As part of a recent settlement agreement, Bioventus LLC will pay more than $3.6 million to the government. The global medical technology company was accused of violating the False Claims Act. According to the U.S. Attorney’s North Carolina office, Bioventus was accused of submitted CMNs, or certificates of medical necessity, that were completed improperly for devices that weren’t medically necessary. The alleged incidents took place between October 1, 2012, and December 31, 2018.
Officials from Bioventus self-disclosed the incidents to the Office of Inspector General at the U.S. Department of Health and Human Services. The case was eventually transferred over to the Middle District of North Carolina office of the U.S. Attorney’s office.
The self-disclosure happened in November 2018. Company officials disclosed they discovered that some of its sales representatives would sometimes complete Section B of a CMN for devices the company produced called Exogen. However, law stipulates that Section B has to be completed by either a physician’s office or a treating physician.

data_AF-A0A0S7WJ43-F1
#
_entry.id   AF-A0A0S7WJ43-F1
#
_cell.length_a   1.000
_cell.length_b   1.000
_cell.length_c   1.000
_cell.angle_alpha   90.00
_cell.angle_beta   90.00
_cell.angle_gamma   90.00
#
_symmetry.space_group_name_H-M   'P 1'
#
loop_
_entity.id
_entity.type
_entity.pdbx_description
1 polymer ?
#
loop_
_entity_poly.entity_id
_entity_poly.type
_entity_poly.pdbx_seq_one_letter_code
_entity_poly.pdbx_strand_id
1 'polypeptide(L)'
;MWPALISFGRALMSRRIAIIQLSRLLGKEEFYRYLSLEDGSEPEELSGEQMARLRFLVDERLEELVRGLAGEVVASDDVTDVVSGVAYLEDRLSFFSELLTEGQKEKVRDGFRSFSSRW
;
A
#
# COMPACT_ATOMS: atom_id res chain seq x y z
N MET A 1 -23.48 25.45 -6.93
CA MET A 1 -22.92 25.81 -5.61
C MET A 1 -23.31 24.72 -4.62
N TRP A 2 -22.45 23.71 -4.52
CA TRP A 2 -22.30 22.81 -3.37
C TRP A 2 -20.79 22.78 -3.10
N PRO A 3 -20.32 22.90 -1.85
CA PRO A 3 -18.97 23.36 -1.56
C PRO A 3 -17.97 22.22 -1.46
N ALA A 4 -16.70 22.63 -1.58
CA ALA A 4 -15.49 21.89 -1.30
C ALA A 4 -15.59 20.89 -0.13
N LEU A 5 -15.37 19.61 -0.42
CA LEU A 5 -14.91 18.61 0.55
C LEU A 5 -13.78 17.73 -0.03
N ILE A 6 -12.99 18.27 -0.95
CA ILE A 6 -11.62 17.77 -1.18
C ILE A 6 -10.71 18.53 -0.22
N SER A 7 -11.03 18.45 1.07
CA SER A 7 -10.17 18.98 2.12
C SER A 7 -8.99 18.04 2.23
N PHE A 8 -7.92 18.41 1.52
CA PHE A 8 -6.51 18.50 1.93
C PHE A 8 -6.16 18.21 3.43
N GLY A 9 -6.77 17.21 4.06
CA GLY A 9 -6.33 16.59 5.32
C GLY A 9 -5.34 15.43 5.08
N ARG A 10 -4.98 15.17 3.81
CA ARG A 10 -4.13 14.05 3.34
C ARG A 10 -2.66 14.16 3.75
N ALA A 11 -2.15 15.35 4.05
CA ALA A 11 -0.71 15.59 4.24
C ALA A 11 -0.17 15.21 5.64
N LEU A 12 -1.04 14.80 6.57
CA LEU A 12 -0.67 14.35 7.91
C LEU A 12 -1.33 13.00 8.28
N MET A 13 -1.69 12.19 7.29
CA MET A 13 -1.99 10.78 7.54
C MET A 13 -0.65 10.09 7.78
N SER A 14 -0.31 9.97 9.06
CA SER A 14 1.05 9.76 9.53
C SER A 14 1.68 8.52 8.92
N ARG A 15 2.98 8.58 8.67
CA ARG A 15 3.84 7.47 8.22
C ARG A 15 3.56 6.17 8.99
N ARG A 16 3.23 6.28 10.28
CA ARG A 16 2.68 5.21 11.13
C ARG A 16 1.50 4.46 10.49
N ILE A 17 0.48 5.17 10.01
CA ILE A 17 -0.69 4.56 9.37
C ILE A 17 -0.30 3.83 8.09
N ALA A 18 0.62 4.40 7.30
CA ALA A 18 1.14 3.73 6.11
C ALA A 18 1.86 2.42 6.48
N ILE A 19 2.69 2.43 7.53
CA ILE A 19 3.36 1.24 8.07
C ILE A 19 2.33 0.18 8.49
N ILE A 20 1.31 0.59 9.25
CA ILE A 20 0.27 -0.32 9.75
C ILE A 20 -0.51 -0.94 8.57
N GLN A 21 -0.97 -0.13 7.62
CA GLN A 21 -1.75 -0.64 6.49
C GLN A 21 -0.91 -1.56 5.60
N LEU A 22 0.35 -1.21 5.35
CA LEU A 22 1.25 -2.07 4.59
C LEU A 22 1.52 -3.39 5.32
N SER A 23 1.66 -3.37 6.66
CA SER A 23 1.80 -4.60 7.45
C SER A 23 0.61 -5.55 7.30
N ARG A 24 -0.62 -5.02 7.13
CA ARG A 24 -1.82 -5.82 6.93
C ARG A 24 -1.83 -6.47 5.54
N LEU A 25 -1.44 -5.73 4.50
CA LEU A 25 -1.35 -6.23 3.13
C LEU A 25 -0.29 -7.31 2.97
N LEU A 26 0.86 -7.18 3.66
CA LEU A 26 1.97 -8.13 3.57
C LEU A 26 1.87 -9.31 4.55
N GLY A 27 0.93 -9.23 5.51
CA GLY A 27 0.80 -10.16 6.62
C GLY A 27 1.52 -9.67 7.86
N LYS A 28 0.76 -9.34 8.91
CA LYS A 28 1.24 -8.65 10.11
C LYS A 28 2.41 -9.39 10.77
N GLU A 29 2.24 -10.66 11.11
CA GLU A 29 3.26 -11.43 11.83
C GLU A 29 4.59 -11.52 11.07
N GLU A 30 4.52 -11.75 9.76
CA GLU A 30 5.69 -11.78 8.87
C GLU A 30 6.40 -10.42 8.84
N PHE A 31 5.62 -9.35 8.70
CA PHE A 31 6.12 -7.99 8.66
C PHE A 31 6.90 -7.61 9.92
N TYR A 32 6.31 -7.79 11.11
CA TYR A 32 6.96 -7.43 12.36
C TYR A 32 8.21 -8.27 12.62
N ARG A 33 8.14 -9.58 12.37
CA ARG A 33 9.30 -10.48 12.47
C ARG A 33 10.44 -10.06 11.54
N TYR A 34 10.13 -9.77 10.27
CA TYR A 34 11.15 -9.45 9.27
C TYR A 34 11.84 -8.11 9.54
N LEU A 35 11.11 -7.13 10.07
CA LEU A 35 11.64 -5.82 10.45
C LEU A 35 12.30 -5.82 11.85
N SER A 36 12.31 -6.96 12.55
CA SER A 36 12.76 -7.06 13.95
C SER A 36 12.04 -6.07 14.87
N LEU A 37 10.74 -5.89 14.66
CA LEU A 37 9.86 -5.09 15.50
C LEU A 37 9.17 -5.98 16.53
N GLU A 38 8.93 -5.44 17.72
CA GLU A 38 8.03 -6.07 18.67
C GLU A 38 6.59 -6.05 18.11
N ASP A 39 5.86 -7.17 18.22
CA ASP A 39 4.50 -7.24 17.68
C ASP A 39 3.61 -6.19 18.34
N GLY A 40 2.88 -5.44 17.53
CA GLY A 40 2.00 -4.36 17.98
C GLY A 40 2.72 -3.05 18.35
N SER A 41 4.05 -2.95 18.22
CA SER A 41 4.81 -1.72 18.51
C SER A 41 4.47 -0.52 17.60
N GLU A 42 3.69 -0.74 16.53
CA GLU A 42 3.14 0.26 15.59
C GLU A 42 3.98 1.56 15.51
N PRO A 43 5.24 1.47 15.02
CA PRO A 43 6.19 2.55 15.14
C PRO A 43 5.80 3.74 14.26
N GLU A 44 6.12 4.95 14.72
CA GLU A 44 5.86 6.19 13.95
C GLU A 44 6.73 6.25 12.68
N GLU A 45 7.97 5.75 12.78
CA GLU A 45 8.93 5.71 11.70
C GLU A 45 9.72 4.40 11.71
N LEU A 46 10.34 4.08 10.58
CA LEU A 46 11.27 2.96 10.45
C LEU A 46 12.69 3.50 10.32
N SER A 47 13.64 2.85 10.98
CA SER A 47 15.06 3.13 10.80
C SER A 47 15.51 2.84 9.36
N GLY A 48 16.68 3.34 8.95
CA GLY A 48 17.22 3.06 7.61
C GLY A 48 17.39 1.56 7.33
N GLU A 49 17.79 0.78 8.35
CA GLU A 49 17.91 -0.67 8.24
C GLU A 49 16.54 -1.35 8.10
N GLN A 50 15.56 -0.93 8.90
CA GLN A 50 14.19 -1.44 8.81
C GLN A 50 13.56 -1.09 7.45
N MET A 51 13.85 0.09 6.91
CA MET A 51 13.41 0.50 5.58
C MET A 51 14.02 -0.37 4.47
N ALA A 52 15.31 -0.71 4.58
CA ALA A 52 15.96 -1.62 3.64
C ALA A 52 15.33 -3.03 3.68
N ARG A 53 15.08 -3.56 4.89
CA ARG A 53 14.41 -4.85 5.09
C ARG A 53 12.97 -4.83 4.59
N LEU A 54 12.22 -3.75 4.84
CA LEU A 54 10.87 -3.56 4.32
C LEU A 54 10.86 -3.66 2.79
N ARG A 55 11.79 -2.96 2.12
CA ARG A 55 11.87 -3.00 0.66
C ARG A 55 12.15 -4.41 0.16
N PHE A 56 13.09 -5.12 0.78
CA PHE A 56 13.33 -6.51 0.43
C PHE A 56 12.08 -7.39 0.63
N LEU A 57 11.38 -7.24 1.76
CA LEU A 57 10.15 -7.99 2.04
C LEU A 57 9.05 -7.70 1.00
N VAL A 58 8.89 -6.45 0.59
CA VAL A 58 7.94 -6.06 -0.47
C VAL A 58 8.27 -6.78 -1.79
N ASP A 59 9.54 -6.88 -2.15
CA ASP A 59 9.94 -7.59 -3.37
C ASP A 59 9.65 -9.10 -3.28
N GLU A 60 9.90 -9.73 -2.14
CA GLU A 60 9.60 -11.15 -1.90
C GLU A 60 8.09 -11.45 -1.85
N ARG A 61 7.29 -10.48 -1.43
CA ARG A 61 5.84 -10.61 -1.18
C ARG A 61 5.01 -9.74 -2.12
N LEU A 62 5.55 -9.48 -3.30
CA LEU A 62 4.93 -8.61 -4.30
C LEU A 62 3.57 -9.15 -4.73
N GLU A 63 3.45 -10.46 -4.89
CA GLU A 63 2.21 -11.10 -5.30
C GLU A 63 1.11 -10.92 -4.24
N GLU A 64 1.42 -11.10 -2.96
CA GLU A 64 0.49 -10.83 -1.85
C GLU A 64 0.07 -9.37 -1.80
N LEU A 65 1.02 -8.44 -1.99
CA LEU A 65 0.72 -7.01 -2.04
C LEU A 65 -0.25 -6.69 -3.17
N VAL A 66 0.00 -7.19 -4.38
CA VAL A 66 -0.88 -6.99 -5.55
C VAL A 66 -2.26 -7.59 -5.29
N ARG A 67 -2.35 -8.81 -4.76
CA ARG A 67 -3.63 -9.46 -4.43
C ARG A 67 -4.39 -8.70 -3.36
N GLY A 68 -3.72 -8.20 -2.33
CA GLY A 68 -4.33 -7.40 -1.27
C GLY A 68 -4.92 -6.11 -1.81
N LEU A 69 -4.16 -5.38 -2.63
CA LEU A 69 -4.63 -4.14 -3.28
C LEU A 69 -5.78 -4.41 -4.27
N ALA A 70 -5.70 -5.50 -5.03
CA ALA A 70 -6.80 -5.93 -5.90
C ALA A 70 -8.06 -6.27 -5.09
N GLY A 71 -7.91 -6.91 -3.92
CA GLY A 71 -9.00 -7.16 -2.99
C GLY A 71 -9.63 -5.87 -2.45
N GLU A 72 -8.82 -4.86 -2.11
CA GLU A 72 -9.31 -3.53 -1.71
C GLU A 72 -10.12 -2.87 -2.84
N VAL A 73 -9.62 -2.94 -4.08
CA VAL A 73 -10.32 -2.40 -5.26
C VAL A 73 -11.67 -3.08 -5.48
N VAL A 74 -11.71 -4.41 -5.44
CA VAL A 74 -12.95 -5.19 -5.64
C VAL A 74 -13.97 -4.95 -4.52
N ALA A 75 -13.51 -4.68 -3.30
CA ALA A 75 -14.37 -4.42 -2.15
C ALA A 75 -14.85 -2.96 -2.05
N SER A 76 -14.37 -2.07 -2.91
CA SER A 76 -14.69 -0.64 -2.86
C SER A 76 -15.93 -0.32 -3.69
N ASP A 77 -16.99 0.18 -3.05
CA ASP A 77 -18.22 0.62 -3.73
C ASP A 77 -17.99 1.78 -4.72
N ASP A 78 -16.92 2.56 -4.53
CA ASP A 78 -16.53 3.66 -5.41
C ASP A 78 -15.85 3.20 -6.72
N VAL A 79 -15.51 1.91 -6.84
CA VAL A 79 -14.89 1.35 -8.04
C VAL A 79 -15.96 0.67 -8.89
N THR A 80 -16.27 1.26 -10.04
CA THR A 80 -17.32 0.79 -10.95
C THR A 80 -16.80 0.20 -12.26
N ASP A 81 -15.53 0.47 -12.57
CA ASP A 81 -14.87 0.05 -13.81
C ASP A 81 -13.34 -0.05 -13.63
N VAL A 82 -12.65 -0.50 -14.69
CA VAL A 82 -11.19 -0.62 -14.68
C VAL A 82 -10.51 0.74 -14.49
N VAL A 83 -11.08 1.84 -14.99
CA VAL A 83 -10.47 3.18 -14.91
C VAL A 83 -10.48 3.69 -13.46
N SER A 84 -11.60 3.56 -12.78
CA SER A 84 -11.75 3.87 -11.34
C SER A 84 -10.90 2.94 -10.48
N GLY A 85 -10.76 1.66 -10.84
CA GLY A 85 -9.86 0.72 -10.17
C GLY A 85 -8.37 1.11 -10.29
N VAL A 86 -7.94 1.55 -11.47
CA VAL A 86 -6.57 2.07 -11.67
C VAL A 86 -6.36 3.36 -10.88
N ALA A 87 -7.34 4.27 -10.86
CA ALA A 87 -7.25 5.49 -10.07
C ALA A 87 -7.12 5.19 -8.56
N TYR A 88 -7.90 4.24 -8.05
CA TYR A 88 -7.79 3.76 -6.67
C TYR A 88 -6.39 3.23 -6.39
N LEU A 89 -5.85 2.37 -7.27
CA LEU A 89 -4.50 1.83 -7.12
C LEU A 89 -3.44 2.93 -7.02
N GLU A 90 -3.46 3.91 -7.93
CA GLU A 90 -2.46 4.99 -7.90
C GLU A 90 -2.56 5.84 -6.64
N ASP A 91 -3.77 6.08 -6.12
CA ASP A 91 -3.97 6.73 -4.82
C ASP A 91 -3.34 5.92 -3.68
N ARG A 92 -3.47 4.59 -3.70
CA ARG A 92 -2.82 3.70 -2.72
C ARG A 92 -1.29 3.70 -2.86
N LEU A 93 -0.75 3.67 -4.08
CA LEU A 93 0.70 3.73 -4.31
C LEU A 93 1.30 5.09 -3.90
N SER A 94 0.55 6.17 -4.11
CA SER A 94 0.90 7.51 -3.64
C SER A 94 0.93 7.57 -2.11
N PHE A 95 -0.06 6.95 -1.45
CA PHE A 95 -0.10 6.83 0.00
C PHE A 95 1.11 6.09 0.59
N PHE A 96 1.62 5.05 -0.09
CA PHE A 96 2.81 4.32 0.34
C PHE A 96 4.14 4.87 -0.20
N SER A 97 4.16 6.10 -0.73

The company then conduct a review of the supposed claims, verifying medical records that would support the claim of medical necessity for the devices.
Government officials said Bioventus cooperated fully with the investigation following their self-disclosure.
The special agent in charge for the Department of Health and Human Services, Derrick Jackson, commented:
“Medicare rules on medical necessity are enforced to protect patients and the integrity of this federal health care program. We encourage providers to voluntarily disclose evidence of potential fraud, as in this case, to resolve these matters.”
HHS-OIG provides a way for enrollees of Medicare to self-disclose any evidence they find of possible fraud. It even has a portal and framework that describes how to disclose, coordinate, evaluate and resolve suspected fraud instances involving any health-care program at the federal level.
By Robert Church